Here's What's Actually Going On - Earl Thomas, Players’ Tribune
Earl Thomas wrote an article for the Players’ Tribune in which he explained why he’s holding out in Seattle.
In the end, it’s like I said: If the Seahawks don’t intend on having me around for the long-term, then I understand. And if they want to start over and rebuild, then that’s their right — it’s part of the business. It’s not what I want … but I get it. All I ask, though, is that if that’s the case, and they don’t want me anymore — just please trade me to an organization that does.
Please trade me to a team that wants me, so I can give my all to them for the rest of my career.
It’s time for Cowboys owner Jerry Jones to come to Earl Thomas’ rescue - Kevin Sherrington, SportsDay
The Seahawks seemingly don’t want to pay Earl Thomas and he seems determined not to set foot on a football field until his future is secure. End the nonsense, Jerry Jones.
Thomas’ presence would be invaluable in the development of the Cowboys’ young secondary. And his play just might lift the defense to Super Bowl levels.
Could the Cowboys simply wait a year, then sign Thomas as a free agent and avoid having to give up anything but money? Sure. But does Jerry, who’ll be 76 in October, want to wait another year? Besides, the NFL is always a year-to-year proposition because of injuries and performance.
If the Cowboys think they’re close, and Thomas is the difference, then they have to come to his rescue. To the Pork Chopper, Jerry!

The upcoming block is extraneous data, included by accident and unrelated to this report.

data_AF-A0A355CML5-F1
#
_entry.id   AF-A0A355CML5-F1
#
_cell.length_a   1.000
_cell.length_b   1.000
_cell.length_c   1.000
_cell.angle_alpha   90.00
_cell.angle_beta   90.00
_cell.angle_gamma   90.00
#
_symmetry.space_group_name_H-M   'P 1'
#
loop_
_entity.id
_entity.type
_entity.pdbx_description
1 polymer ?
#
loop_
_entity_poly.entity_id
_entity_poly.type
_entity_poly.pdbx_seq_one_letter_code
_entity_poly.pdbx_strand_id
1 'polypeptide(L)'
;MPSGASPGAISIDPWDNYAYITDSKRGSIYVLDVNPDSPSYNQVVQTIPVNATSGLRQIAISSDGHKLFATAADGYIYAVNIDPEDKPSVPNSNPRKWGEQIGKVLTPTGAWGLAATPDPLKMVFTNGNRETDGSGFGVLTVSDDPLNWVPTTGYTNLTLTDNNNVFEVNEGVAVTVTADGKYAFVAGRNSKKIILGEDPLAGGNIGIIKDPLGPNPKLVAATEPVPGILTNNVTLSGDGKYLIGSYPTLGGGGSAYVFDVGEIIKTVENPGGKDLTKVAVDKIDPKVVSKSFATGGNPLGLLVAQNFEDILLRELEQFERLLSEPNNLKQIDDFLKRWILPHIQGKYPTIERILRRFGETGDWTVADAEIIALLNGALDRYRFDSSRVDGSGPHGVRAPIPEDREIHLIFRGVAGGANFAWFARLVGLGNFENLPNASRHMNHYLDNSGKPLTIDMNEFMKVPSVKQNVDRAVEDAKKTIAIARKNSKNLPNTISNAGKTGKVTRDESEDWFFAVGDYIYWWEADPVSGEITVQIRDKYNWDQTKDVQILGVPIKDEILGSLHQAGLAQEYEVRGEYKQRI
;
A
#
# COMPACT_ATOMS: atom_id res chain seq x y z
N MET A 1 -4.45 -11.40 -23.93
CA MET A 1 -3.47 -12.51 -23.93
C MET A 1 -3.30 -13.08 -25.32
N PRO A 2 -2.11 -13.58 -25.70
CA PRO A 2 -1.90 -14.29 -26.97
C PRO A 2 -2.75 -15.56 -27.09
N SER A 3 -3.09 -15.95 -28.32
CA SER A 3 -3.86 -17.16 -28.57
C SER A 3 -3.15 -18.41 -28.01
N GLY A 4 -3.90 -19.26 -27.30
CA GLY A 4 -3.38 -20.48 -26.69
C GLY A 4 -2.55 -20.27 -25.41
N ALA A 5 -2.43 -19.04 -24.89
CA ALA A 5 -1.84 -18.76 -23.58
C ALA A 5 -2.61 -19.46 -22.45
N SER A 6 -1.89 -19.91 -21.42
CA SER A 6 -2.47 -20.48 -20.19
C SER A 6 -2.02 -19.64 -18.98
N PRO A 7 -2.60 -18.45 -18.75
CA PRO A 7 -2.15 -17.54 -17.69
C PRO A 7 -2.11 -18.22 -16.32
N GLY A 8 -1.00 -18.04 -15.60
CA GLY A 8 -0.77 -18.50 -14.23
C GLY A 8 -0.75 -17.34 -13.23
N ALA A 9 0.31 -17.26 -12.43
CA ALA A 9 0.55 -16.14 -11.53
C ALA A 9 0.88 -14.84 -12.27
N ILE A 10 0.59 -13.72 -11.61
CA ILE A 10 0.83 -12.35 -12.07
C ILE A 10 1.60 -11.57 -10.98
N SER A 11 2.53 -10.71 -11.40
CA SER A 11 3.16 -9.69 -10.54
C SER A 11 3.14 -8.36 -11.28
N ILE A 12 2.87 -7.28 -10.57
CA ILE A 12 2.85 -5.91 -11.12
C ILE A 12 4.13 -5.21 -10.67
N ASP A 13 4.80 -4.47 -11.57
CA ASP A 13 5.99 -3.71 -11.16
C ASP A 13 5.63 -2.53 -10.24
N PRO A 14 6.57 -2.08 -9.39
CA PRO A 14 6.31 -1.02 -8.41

Cowboys staff writer on an Earl Thomas trade: “I’m borderline positive it’s going to happen” - DannyPhantom, Blogging The Boys
Nick Eatman of DallasCowboys.com says where there’s smoke, there’s fire. And Danny Phantom agrees.
With every new day, the cost of acquiring Thomas is dropping. He’s not in camp and unless the Seahawks plan on throwing a lot of money his way, his days in Seattle are coming to an end.
Acquiring a player like Thomas would really bolster the Cowboys secondary and be a nice add to help the team make a deep playoff run. It’s reminiscent of back in the ‘90s when the Cowboys pulled off a trade to get defensive star Charles Haley from another NFC competitor. It was the missing piece that helped propel them into Super Bowl greatness.
The Cowboys have a plan. Credit them for staying disciplined and seeing if they can hold their breath longer than the Seahawks. The further we get through camp, the bluer in the face the Seahawks front office are going to get. When the moments right, don’t be surprised to see the Cowboys pull the trigger on a deal and that day could be right around the corner. I can just feel it.
5 reasons to be optimistic about the Cowboys, including a potential big jump for Jason Garrett - Tim Cowlishaw, SportsDay
If you've been feeling Kind of Blue, perhaps this is the right post for you. Cowlishaw concludes his five reasons wit this one:
WHAT IF JERRY'S RIGHT?
What if, after seven seasons and two division titles with a modest playoff record a game below .500, what if [Jason Garrett] went on to win a Super Bowl in Year Eight in the NFL?
What would we call that coach?
We'd call him Pete Carroll.